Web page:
Gardening — Wisconsin Native Ferns

Woods with ferns

A walk in Wisconsin native woodlands reveals that ferns are a significant element of a balanced habitat for native wildlife and as so are deserving of space in our yards.

With so much recent focus on the plight of pollinators and the drive to provide gardens full of nourishing native plants to support them, it’s easy for the humble ferns to be overlooked. Indeed, they may provide a great solution for a shady, damp spot that is otherwise hard to fill.

Read More: Shade Garden Plan
See Wisconsin's: 9 Native Ferns

How To Plant Ferns

Light: Most ferns prefer a shady location, but they don't do well in deep shade.

Soil: Nearly all ferns prefer a soil that is moist and well-draining. Most do best in slightly acidic to neutral soil.

Water: Water ferns regularly during periods without rain, and do not let the soil get totally dry. A two-inch-thick layer of mulch will help.

Temperature and Humidity: Most (not all) ferns like a humid environment, but their temperature tolerance is quite broad.

Fertilizer: Although not essential, you can use a slow-release fertilizer mixed into the soil in early spring. Ferns are sensitive to fertilizer, so don't overfeed.

  Fern Structure

Ferns can have some very unusual forms and structures.


The leaves of ferns are often called fronds. Fronds are usually composed of a leafy blade and petiole (leaf stalk). Leaf shape, size, texture and degree of complexity vary considerably from species to species.

The midrib is the main axis of the blade, and the tip of the frond is its apex.

The blade may be variously divided, into segments called pinnae; single leaflets are pinna. Pinna may be further divided, the smallest segments are pinnules.

Fern leaf structure.
Parts of a fern leaf.


Fern Fiddlehead

As new fronds emerge, generally in the spring, they unroll these unrolling fronds are called fiddleheads.

Many types of fiddlehead can be eaten, although certain species are toxic, and others may contain large amounts of carcinogens. Despite the dangers, many people still eat them and they are reputed to taste like almonds and asparagus.

Ostrich Fern fiddleheads are edible, but tricky to identify. Once you can identify the mature plant, it is advised to wait until next spring to harvest the fiddlehead.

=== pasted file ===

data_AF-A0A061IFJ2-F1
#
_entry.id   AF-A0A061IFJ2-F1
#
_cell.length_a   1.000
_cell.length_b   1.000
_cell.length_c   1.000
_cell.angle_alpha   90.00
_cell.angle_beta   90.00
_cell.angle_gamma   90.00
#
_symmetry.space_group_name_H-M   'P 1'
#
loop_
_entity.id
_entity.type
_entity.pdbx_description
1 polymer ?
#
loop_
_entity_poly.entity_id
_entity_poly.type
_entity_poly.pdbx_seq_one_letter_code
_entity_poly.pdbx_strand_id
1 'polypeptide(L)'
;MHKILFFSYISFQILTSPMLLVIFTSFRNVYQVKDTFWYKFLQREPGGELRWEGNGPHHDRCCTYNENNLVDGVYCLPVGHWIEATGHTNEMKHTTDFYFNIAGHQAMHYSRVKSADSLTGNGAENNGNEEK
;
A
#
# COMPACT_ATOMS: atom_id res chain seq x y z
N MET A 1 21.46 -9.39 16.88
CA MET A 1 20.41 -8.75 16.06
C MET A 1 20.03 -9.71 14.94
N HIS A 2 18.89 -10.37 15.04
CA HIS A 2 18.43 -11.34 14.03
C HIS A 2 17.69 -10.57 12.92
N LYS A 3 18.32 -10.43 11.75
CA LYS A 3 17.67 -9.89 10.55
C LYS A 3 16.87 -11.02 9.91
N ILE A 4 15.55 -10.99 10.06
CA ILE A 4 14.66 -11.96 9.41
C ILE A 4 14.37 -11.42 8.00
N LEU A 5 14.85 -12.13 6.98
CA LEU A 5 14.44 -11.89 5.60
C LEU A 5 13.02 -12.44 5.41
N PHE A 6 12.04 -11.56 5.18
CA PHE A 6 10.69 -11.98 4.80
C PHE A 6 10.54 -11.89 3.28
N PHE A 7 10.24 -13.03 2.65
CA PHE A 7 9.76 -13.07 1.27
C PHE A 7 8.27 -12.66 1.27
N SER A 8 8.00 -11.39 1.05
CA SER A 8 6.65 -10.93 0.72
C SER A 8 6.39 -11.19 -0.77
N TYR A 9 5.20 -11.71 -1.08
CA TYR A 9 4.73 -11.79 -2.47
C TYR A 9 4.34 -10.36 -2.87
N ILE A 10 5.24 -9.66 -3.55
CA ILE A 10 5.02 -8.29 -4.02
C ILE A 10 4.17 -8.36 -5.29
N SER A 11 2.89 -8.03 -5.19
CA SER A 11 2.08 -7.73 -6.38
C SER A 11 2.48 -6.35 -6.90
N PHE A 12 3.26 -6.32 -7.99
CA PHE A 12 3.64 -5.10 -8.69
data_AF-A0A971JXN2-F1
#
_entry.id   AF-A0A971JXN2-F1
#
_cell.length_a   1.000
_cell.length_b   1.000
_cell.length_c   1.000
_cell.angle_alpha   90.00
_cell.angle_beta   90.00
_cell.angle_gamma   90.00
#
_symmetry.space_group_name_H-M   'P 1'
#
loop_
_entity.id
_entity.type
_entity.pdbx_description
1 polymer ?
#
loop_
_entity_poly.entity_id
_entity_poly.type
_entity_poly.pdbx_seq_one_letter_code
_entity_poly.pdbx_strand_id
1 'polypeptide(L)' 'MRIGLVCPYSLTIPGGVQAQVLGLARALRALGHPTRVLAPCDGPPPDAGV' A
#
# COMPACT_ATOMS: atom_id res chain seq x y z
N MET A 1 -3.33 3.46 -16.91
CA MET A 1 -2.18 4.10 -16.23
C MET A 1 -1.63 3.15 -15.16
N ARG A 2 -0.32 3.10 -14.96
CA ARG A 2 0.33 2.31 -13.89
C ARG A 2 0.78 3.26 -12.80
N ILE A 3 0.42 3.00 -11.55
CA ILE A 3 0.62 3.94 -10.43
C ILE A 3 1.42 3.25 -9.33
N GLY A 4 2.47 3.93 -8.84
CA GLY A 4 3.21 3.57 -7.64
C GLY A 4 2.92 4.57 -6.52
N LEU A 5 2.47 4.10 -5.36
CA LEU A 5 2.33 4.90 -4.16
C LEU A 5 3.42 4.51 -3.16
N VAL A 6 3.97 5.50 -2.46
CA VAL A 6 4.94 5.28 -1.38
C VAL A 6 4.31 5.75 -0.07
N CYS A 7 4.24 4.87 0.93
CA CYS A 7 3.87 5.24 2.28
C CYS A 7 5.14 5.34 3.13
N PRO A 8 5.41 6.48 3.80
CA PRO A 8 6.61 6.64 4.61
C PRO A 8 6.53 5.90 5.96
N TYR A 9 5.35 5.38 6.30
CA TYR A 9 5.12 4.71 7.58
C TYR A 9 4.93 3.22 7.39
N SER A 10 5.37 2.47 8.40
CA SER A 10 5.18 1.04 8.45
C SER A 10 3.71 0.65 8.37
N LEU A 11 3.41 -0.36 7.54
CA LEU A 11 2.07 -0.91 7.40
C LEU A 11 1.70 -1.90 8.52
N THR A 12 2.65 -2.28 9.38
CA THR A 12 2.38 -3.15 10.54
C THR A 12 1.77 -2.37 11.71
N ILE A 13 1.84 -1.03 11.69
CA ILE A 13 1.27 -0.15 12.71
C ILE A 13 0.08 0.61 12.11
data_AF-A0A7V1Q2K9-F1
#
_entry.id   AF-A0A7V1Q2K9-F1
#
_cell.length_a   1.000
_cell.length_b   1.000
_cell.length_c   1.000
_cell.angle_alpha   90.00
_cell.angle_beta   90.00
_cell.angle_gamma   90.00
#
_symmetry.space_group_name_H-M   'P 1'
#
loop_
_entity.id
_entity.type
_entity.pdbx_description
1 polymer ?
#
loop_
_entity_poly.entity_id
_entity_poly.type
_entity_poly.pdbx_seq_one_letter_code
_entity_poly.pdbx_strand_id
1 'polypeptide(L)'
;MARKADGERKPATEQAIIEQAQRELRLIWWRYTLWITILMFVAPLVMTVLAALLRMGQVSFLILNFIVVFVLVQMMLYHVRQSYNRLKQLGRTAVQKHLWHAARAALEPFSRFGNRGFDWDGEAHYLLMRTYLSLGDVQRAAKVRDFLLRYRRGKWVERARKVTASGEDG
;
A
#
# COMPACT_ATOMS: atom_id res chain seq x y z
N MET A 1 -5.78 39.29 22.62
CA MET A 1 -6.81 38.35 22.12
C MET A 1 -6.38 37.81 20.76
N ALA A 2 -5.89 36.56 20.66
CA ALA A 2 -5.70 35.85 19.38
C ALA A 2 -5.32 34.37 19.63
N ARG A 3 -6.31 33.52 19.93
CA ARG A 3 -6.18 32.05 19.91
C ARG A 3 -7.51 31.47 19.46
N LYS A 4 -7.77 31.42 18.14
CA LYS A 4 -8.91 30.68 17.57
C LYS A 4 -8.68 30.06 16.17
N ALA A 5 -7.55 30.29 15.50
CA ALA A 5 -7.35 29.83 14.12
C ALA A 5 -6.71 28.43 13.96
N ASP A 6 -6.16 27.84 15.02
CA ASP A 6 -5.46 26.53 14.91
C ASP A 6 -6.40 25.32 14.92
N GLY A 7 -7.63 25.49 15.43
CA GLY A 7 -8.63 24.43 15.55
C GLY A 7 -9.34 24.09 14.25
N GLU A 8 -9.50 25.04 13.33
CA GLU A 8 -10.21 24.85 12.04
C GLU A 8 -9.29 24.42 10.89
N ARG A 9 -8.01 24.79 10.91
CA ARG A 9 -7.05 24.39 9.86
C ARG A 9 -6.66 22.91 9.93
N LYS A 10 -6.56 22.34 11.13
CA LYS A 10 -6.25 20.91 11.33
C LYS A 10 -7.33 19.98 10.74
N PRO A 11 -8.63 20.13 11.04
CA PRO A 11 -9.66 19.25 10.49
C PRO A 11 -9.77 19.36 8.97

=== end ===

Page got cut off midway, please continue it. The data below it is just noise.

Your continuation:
Fern Sori

Sori are groups of sporangia, which contain spores. Sori are usually found on the underside of the blade. Young sori are commonly covered by flaps of protective tissue called indusia.

Fern sori.

  Fern Stems and Roots

Fern stems (rhizomes) are often inconspicuous because they generally grow below the surface of the substrate in which the fern is growing. This substrate can be soil, moss or duff. People often confuse rhizomes with roots. Fern roots are generally thin and wiry in texture and grow along the stem. They absorb water and nutrients and help secure the fern to its substrate.

Stems can be short-creeping with fronds that are somewhat scattered along the stem, such as the fragile fern; or, stems can be long-creeping resulting in fronds scattered along the stem.

Ferns Can Play An Important Role

  Provides microhabitats, as well as shelter and shade to small animals
  Provides a source of food or medicine for animals, including people
  Colonizes disturbed sites as one stage in succession
  Filters toxins, such as heavy metals, from environments and thus provide a bioindicator for the health of an ecosystem
  Evolved to fill unique niches in ecosystems and co-evolve with other species (often endemic)

Wisconsin's Native Ferns

Further Information:

 Wisconsin Native Fruit Trees
 Wisconsin Native Berry Shrubs
 Lovely Native Violets
 Use Eggshells For Your Plants
 How to Use Banana Peels in Your Garden

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